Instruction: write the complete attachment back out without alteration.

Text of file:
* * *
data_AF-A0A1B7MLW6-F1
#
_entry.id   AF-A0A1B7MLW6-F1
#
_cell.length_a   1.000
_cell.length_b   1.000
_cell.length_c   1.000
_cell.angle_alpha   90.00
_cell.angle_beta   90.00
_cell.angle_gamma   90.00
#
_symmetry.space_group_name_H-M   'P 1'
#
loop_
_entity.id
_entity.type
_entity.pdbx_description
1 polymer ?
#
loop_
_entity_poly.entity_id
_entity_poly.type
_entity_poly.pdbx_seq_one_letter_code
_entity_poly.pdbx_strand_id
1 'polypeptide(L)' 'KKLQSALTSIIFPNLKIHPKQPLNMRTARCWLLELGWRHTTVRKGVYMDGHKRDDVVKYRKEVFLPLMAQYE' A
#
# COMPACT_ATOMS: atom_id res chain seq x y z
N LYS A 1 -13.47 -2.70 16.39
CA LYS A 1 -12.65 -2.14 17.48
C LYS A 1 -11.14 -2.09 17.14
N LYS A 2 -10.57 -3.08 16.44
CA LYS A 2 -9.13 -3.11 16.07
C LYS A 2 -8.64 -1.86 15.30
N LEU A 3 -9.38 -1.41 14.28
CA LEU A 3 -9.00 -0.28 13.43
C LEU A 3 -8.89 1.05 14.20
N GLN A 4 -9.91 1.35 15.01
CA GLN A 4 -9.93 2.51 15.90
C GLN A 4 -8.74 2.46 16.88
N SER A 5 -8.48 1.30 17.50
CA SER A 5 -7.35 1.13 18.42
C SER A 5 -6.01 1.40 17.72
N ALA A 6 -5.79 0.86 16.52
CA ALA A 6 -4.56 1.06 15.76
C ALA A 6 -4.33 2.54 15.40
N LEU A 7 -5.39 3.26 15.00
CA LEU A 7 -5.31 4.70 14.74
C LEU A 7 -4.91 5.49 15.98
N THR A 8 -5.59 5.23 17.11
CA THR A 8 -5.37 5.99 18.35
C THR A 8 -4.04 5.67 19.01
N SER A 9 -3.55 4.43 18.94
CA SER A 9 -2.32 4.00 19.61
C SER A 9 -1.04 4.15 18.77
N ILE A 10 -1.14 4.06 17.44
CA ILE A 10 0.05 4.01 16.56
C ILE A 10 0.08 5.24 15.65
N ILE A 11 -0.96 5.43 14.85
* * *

data_AF-A0A1B7MLW6-F1
#
_entry.id   AF-A0A1B7MLW6-F1
#
_cell.length_a   1.000
_cell.length_b   1.000
_cell.length_c   1.000
_cell.angle_alpha   90.00
_cell.angle_beta   90.00
_cell.angle_gamma   90.00
#
_symmetry.space_group_name_H-M   'P 1'
#
loop_
_entity.id
_entity.type
_entity.pdbx_description
1 polymer ?
#
loop_
_entity_poly.entity_id
_entity_poly.type
_entity_poly.pdbx_seq_one_letter_code
_entity_poly.pdbx_strand_id
1 'polypeptide(L)' 'KKLQSALTSIIFPNLKIHPKQPLNMRTARCWLLELGWRHTTVRKGVYMDGHKRDDVVKYRKEVFLPLMAQYE' A
#
# COMPACT_ATOMS: atom_id res chain seq x y z
N LYS A 1 -13.47 -2.70 16.39
CA LYS A 1 -12.65 -2.14 17.48
C LYS A 1 -11.14 -2.09 17.14
N LYS A 2 -10.57 -3.08 16.44
CA LYS A 2 -9.13 -3.11 16.07
C LYS A 2 -8.64 -1.86 15.30
N LEU A 3 -9.38 -1.41 14.28
CA LEU A 3 -9.00 -0.28 13.43
C LEU A 3 -8.89 1.05 14.20
N GLN A 4 -9.91 1.35 15.01
CA GLN A 4 -9.93 2.51 15.90
C GLN A 4 -8.74 2.46 16.88
N SER A 5 -8.48 1.30 17.50
CA SER A 5 -7.35 1.13 18.42
C SER A 5 -6.01 1.40 17.72
N ALA A 6 -5.79 0.86 16.52
CA ALA A 6 -4.56 1.06 15.76
C ALA A 6 -4.33 2.54 15.40
N LEU A 7 -5.39 3.26 15.00
CA LEU A 7 -5.31 4.70 14.74
C LEU A 7 -4.91 5.49 15.98
N THR A 8 -5.59 5.23 17.11
CA THR A 8 -5.37 5.99 18.35
C THR A 8 -4.04 5.67 19.01
N SER A 9 -3.55 4.43 18.94
CA SER A 9 -2.32 4.00 19.61
C SER A 9 -1.04 4.15 18.77
N ILE A 10 -1.14 4.06 17.44
CA ILE A 10 0.05 4.01 16.56
C ILE A 10 0.08 5.24 15.65
N ILE A 11 -0.96 5.43 14.85